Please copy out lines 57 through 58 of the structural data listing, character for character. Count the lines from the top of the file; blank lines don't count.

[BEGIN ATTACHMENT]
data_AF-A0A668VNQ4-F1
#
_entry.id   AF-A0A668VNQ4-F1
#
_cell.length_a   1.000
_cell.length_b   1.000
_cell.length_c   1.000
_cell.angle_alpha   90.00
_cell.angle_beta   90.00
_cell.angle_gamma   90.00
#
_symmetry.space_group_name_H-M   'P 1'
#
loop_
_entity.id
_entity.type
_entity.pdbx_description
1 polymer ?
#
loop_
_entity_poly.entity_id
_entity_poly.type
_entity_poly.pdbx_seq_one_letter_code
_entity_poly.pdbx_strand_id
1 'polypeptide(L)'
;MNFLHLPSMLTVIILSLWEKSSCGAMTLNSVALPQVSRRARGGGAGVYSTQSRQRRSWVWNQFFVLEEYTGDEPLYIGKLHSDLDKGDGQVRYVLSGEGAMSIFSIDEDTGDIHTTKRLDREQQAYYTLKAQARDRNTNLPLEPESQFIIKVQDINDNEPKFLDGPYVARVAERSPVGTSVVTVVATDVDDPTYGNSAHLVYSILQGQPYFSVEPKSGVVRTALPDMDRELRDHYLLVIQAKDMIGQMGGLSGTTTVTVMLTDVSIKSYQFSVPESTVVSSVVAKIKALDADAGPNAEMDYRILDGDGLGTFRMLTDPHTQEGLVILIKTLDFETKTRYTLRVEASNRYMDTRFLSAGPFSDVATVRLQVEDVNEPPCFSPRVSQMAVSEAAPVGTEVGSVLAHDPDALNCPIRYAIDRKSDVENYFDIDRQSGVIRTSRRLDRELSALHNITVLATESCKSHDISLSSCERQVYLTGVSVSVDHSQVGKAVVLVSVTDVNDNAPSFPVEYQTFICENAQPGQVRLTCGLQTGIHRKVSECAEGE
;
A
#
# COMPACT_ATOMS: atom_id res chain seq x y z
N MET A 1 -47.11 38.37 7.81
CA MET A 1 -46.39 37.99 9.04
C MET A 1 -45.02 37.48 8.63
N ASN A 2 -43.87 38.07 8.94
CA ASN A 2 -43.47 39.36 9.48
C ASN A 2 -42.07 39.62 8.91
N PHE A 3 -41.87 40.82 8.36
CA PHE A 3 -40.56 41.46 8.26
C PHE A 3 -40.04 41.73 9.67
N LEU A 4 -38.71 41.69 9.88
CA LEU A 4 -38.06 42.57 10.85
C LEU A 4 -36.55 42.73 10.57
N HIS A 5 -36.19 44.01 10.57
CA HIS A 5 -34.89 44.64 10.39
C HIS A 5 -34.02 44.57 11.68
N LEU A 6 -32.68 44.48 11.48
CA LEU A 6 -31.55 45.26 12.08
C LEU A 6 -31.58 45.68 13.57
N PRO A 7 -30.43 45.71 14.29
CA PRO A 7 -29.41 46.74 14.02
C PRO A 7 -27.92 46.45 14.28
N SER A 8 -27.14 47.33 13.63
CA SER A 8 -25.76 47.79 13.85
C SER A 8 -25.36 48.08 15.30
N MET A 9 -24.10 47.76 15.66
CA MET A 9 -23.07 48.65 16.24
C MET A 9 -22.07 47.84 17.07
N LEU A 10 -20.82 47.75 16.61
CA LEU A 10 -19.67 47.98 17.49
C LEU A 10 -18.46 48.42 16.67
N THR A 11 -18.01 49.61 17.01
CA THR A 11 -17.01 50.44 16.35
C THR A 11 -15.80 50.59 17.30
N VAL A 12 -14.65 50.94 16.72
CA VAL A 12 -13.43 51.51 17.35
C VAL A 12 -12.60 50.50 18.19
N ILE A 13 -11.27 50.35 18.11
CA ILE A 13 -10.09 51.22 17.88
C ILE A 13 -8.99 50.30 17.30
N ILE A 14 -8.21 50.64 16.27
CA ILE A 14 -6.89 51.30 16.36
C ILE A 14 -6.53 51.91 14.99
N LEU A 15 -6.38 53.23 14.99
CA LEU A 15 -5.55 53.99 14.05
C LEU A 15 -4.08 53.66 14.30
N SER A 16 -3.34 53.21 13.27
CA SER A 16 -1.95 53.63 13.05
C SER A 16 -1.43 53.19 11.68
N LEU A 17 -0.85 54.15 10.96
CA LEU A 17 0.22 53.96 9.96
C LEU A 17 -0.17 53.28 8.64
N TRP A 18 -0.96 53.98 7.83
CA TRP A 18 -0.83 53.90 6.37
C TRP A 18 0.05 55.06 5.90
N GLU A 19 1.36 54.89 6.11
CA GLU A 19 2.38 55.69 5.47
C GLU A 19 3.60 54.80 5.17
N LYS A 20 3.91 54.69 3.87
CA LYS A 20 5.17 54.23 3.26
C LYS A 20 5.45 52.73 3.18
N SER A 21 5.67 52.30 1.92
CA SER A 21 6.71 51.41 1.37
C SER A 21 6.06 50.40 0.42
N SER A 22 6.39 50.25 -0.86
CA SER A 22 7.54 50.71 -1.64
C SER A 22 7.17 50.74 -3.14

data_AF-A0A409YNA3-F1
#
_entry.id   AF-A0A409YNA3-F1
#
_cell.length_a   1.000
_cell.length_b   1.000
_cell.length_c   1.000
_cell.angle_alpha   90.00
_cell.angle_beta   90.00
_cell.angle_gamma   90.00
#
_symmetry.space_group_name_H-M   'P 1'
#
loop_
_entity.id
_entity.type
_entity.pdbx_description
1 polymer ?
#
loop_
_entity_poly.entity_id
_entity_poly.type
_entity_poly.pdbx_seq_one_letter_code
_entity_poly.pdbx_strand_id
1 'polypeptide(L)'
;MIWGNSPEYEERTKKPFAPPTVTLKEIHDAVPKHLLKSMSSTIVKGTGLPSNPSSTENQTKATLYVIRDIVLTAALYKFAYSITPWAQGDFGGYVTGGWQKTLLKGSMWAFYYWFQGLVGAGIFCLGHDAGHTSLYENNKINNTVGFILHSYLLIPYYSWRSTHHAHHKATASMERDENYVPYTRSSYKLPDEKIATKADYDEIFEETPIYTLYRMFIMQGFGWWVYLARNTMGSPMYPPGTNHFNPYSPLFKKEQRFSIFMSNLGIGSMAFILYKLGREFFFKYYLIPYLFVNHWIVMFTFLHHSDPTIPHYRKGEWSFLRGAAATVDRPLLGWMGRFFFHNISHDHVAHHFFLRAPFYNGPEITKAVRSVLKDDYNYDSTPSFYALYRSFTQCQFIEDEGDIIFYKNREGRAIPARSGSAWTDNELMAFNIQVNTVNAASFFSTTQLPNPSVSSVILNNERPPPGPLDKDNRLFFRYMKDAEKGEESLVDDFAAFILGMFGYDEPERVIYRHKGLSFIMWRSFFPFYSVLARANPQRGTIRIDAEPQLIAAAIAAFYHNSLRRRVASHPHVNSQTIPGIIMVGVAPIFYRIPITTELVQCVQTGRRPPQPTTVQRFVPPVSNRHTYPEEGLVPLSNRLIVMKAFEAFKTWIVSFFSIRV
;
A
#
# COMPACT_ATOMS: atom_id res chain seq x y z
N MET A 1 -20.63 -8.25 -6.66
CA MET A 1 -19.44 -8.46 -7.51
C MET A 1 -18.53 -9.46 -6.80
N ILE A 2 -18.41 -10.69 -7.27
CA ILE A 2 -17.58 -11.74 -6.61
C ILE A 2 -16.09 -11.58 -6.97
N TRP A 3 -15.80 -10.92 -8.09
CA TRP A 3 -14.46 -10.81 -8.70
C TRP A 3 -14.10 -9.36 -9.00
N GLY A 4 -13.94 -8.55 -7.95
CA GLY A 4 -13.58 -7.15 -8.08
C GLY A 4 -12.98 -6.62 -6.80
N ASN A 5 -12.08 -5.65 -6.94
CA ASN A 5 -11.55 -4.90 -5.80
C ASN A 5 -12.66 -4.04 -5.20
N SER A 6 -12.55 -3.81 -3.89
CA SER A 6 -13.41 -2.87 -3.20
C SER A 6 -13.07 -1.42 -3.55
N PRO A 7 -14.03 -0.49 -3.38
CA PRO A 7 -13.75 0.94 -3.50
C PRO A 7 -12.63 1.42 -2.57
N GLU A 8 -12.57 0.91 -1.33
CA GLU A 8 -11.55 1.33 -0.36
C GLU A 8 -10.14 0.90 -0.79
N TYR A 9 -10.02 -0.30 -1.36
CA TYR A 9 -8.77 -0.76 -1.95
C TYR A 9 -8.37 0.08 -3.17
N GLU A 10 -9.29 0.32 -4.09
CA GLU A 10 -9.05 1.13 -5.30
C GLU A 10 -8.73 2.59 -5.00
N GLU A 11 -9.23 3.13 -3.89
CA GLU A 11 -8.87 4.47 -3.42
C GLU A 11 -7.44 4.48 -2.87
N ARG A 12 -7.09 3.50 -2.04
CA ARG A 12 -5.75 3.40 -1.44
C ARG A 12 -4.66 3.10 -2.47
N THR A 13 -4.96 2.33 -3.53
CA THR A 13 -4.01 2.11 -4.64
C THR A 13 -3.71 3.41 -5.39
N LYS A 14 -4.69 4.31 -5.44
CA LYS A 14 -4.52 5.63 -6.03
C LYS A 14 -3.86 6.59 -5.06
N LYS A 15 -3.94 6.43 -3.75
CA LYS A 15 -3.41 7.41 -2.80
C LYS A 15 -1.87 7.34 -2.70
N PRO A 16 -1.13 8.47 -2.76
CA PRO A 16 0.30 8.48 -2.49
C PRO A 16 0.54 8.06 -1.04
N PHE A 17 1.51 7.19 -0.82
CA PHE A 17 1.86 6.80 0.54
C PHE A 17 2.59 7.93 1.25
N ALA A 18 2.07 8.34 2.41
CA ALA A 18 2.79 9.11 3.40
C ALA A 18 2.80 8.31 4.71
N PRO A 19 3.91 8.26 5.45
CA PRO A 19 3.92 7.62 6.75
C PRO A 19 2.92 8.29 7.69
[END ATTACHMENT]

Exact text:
C MET A 9 -22.07 47.84 17.07
N LEU A 10 -20.82 47.75 16.61